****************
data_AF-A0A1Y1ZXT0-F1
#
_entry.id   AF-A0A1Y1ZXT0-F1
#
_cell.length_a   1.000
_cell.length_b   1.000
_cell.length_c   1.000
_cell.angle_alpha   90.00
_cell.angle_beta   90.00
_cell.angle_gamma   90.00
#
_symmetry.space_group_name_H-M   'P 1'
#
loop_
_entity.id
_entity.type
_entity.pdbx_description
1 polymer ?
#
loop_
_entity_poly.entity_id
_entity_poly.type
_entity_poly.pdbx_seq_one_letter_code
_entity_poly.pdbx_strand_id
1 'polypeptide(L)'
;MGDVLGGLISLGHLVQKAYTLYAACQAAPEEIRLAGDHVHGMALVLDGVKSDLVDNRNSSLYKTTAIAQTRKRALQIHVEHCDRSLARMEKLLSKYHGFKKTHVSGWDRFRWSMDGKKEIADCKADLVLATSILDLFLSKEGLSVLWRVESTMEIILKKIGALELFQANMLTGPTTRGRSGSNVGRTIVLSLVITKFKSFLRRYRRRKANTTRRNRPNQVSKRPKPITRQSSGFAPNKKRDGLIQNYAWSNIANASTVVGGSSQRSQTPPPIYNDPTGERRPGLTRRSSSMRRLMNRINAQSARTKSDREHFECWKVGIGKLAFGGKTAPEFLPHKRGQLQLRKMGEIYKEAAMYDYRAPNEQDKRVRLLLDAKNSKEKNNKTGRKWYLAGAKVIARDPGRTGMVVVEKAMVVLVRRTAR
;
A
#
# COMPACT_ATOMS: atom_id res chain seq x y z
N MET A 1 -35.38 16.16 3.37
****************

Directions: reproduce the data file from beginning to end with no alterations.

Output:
data_AF-A0A1Y1ZXT0-F1
#
_entry.id   AF-A0A1Y1ZXT0-F1
#
_cell.length_a   1.000
_cell.length_b   1.000
_cell.length_c   1.000
_cell.angle_alpha   90.00
_cell.angle_beta   90.00
_cell.angle_gamma   90.00
#
_symmetry.space_group_name_H-M   'P 1'
#
loop_
_entity.id
_entity.type
_entity.pdbx_description
1 polymer ?
#
loop_
_entity_poly.entity_id
_entity_poly.type
_entity_poly.pdbx_seq_one_letter_code
_entity_poly.pdbx_strand_id
1 'polypeptide(L)'
;MGDVLGGLISLGHLVQKAYTLYAACQAAPEEIRLAGDHVHGMALVLDGVKSDLVDNRNSSLYKTTAIAQTRKRALQIHVEHCDRSLARMEKLLSKYHGFKKTHVSGWDRFRWSMDGKKEIADCKADLVLATSILDLFLSKEGLSVLWRVESTMEIILKKIGALELFQANMLTGPTTRGRSGSNVGRTIVLSLVITKFKSFLRRYRRRKANTTRRNRPNQVSKRPKPITRQSSGFAPNKKRDGLIQNYAWSNIANASTVVGGSSQRSQTPPPIYNDPTGERRPGLTRRSSSMRRLMNRINAQSARTKSDREHFECWKVGIGKLAFGGKTAPEFLPHKRGQLQLRKMGEIYKEAAMYDYRAPNEQDKRVRLLLDAKNSKEKNNKTGRKWYLAGAKVIARDPGRTGMVVVEKAMVVLVRRTAR
;
A
#
# COMPACT_ATOMS: atom_id res chain seq x y z
N MET A 1 -35.38 16.16 3.37